Part 1: Introduction to Welcome Underrepresented Minorities into the Tech Industry

The rates of African American and Hispanic tech workers plummeted throughout the years. In Silicon Valley of the San Francisco Bay Area, it is common to see whites and Asians as tech workers; on the other hand, it is rare and unusual to encounter African American or Hispanic tech workers. Underrepresented minorities who are trying to pursue careers in tech are discouraged and feel unwelcomed based on the low rates of their groups in the tech industry. Therefore, tech executives and CEOs should take action by providing more leadership opportunities for underrepresented groups to send a message to the groups that they have a chance to be working in higher job positions. 

Tech Degrees Don’t Help Underrepresented Groups into the Tech Fields

Many believe that anyone that has Computer Science or Engineering Degrees will increase their chances of being hired by tech companies. However, USA Today article “Tech jobs: Minorities have degrees, but don’t get hired” by Elizabeth Weise and Jessica Guynn argues that African American and Hispanic Computer Science and Engineering students graduate at twice the rates that tech companies hire them. In addition, all tech companies claimed that they are hiring any African Americans or Hispanics who are qualified for the jobs (Weise and Guynn). Then, how come African Americans and Hispanics are underrepresented in the tech field?

Tech Companies mainly recruit students from top-tier colleges such as Stanford, UC Berkeley, UCLA, and MIT, which lacks the presentation African Americans and Latinos tech students (Weise and Guynn). According to the data of Computing Research Association, prestigious Universities consist of 4.5% African Americans and 6.5% Hispanics of Computer Science and Engineering graduates (Weise and Guynn). Juan Gilbert, a professor of Computer Science at University of Florida Gainesville, believe that tech companies disconnect African Americans and Hispanics due to the higher rates of African Americans and Hispanics Computer Science graduates from non-top tier colleges (Weise and Guynn). Moreover, Justin Edmund, an employee of Pinterest, claimed that if tech companies keep on recruiting from prestigious universities with low presentation of African Americans and Hispanics, the lack of diversity will remain unsolved (Weise and Guynn). Therefore, tech companies need to recruit students from varieties of colleges nationwide to bring more African Americans and Hispanics into the tech fields.

Tech Companies Should Provide More Opportunities to Underrepresented Minorities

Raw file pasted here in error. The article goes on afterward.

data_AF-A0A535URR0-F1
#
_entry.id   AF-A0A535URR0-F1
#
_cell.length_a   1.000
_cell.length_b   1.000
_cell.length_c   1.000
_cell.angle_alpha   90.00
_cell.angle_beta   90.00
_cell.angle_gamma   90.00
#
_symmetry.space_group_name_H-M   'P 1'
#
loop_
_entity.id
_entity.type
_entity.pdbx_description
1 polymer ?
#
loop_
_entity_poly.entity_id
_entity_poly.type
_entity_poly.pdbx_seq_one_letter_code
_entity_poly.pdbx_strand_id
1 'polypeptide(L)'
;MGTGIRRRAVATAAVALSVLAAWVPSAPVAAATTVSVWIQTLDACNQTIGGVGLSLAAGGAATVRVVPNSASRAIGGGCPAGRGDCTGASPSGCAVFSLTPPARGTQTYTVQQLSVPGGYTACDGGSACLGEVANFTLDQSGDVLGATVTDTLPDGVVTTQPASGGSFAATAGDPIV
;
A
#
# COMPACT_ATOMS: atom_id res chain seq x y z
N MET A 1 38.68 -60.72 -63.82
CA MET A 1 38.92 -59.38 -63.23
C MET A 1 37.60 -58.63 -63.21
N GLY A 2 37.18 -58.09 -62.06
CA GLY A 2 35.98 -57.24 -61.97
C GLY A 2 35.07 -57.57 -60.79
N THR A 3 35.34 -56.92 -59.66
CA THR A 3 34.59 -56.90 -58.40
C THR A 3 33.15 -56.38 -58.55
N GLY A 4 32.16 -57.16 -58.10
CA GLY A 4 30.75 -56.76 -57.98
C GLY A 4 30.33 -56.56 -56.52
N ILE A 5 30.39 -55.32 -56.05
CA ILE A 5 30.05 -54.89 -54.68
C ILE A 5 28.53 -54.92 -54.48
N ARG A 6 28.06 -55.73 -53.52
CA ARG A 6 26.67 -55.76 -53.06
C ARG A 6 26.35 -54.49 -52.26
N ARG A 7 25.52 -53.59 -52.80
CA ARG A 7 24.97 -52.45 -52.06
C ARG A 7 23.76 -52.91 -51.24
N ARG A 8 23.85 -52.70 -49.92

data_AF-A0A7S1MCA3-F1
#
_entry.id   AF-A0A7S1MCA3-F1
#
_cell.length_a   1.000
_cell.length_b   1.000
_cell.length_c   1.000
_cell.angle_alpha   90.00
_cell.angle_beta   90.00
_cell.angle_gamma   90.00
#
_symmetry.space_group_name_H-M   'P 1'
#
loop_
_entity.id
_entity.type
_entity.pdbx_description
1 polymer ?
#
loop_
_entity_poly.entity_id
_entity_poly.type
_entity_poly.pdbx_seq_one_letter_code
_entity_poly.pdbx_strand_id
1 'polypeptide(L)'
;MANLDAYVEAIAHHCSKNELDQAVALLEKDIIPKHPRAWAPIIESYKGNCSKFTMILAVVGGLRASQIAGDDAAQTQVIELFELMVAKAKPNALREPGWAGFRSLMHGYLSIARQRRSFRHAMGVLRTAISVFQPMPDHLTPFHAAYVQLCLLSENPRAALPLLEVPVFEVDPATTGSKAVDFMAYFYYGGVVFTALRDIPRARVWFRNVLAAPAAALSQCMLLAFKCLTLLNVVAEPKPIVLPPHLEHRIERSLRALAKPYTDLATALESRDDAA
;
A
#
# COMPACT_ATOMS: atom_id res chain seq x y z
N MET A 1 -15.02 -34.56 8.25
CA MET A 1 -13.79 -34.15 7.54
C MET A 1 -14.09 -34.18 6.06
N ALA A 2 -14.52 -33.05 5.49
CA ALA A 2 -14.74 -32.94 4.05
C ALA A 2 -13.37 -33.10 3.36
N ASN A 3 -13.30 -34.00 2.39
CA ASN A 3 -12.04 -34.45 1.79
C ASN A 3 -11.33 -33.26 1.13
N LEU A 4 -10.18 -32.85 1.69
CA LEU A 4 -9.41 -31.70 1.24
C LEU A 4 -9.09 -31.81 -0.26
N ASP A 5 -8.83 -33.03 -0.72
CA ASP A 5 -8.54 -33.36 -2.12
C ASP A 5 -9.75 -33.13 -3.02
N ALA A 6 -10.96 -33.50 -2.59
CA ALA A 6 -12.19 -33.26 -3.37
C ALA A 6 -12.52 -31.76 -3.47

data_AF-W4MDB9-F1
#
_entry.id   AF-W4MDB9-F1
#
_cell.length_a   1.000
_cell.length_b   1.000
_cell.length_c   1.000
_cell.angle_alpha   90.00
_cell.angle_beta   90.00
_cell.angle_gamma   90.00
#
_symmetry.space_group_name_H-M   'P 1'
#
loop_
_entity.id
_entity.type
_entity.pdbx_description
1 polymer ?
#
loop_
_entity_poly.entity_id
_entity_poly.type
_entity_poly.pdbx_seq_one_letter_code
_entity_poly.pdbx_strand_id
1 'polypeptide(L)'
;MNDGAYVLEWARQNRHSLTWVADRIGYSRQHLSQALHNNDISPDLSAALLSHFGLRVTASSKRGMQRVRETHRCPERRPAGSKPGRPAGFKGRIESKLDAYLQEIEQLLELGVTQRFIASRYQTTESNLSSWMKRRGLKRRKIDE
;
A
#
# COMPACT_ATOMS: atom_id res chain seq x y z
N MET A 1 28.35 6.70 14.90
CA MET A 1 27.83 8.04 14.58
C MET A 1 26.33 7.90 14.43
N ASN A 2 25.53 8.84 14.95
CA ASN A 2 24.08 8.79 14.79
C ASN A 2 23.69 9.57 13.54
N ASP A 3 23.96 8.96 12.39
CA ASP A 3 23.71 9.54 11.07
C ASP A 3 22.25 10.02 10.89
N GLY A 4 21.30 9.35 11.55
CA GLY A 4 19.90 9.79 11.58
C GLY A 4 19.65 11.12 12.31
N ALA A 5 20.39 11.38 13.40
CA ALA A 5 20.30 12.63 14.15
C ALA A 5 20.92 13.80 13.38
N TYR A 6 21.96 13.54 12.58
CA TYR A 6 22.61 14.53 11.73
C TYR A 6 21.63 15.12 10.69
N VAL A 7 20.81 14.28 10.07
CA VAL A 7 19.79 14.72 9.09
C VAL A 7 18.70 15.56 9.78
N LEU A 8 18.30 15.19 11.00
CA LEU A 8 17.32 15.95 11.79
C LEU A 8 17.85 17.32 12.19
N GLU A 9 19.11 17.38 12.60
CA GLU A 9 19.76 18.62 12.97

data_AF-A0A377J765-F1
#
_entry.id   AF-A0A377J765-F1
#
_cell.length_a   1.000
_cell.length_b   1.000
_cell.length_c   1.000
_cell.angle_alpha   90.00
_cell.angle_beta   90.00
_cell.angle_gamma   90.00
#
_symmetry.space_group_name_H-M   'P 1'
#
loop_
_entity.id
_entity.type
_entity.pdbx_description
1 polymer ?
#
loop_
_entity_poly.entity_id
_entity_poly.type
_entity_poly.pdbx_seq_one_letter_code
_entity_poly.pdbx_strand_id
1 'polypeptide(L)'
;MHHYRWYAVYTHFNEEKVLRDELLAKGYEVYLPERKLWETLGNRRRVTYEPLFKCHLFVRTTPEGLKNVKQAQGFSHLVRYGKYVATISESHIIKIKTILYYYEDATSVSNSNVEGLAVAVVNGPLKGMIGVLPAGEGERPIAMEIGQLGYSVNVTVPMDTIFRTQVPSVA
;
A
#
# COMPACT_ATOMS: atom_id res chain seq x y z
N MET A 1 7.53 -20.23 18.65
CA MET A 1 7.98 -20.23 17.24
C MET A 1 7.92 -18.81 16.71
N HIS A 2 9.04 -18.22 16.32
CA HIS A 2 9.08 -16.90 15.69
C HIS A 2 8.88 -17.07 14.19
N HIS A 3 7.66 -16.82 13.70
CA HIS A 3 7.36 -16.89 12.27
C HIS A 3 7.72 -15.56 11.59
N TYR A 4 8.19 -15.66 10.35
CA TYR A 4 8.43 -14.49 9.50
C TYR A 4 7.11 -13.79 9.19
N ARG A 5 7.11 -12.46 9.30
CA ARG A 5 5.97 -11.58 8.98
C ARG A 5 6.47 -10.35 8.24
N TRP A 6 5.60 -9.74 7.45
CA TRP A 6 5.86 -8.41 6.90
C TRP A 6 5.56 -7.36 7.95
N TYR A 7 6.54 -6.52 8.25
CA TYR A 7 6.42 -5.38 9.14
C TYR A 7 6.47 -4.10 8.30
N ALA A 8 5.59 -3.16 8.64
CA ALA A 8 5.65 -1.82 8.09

Throughout the 2000s, the number of African Americans and Hispanics in the tech industries are declining. Between 1999 and 2005, large Silicon Valley Tech Firms such as Hewlett-Packard, Intel, Cisco Systems, eBay, and AMD loss 16% of African American tech workers and 11% of Hispanic tech workers; in 2005, 2,200 out of 30,000 tech workers of large Silicon Valley Tech Firms are African Americans or Hispanics (Swift). With such declining statistics, tech companies need to act quickly.

According to the article “Hacking Diversity In Tech By Emphasizing Retention” by Megan Rose Dickey, underrepresented minorities leave tech companies at an alarming rates due to lack of diversity in the workplace. Leslie Miley, Twitter Engineering Manager, stated that losing diverse employees means that the tech culture ignores the benefits of diversity or there are unpleasant working environments (Dickey). It is difficult to endure an environment that isn’t comprise of people from common interests and backgrounds.

In Mercury News article “Blacks, Latinos and women lose ground at Silicon Valley tech companies” by Mike Swift, underrepresented minorities told their experience in tech. Derek Anderson, a 24 years African American tech veteran at Silicon Valley stated that he’s the only African American at every tech jobs that he held (Swift); Vincente De La Cruz, an Hispanic San Jose State University computer science student, said that he had a feeling of isolation as he is the only one. Vincente also stated that he is the only Mexican-American student in his classes and encountered very few Latinos during his internship with SAP in Palo Alto. Moreover, Shellye Archambeau, African American CEO of MetricStream, stated that Silicon Valley lacks tons of potential due to the lack of woman, African American, and Latinos leaderships (Swift). According to the article “Hacking Diversity in Tech by Emphasizing Retention” by Megan Rose Dickey, Joelle Emerson, CEO of Paradigm, suggested that providing underrepresented minorities leadership roles will make tech industries more welcomed because it will signal underrepresented minorities that there are opportunities for advancements.

Work Cited

Dickey, Megan Rose. “Hacking Diversity in Tech by Emphasizing Retention.” TechCrunch.
TechCrunch, 03 Aug. 2015. Web. 20 Nov. 2016.

Swift, Mike. “Blacks, Latinos and Women Lose Ground at Silicon Valley Tech Companies.”                           The Mercury News. Mercury News, 11 Feb. 2010. Web. 20 Nov. 2016.

Weise, Elizabeth, and Jessica Guynn. “Tech Jobs: Minorities Have Degrees, but Don’t Get                                                   Hired.” USA Today. Gannett, 13 Oct. 2014. Web. 20 Nov. 2016.




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